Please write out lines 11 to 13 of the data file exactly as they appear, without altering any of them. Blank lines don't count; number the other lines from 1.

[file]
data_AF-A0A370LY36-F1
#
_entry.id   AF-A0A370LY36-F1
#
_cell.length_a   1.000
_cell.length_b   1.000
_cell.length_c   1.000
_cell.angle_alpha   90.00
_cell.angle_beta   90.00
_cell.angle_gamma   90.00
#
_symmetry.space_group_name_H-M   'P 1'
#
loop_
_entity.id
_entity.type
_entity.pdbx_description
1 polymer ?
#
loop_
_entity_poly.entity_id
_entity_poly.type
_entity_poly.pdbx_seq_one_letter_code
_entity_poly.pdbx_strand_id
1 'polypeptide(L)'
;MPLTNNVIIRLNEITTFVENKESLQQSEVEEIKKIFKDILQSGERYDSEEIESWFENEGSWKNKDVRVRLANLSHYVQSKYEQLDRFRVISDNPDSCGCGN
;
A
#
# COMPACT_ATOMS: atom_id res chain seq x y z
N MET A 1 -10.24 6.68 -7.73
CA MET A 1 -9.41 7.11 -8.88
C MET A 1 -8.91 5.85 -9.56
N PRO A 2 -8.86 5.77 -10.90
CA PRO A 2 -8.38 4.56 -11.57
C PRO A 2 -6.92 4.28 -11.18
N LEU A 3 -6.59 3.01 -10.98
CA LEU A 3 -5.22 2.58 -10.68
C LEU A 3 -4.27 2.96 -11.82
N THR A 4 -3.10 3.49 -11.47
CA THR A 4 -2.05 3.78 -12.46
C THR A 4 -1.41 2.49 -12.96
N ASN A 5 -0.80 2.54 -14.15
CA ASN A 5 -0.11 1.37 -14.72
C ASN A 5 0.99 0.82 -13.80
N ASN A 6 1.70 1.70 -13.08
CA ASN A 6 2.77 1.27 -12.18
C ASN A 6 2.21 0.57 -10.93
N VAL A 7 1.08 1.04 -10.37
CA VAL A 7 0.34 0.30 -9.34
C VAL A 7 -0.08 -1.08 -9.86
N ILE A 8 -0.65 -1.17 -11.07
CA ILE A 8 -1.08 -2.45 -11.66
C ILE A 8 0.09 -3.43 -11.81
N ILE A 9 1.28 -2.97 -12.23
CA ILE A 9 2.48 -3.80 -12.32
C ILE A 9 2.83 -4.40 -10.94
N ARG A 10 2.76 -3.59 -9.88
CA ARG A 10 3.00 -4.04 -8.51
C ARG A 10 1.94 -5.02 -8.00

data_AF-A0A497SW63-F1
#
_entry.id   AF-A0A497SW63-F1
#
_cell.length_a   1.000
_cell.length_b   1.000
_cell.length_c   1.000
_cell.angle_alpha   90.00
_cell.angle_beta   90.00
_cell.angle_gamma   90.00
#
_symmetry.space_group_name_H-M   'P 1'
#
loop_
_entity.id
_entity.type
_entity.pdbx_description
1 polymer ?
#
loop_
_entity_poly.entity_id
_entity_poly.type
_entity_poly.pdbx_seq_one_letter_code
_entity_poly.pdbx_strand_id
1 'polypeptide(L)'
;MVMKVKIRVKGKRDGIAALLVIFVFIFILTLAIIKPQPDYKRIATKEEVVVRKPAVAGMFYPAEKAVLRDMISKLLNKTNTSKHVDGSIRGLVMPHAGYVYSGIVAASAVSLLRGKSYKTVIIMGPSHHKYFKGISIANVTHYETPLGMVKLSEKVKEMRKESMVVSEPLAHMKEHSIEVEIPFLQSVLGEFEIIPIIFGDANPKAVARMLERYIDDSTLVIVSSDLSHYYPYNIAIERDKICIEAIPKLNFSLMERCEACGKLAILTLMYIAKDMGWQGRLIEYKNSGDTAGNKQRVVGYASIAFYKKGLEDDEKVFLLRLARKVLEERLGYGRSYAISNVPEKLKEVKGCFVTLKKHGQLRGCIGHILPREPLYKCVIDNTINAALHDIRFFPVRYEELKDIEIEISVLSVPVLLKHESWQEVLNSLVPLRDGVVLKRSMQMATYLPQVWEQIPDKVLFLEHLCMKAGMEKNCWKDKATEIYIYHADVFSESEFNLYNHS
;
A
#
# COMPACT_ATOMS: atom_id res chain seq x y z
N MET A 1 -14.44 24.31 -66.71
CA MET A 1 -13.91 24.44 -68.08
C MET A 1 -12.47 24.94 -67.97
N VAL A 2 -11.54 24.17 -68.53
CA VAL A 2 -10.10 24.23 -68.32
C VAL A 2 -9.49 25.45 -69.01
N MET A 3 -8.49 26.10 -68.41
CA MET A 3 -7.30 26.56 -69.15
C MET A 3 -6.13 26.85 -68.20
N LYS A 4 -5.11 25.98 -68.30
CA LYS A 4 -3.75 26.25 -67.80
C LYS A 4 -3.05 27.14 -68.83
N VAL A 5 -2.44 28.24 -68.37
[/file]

#
_symmetry.space_group_name_H-M   'P 1'
#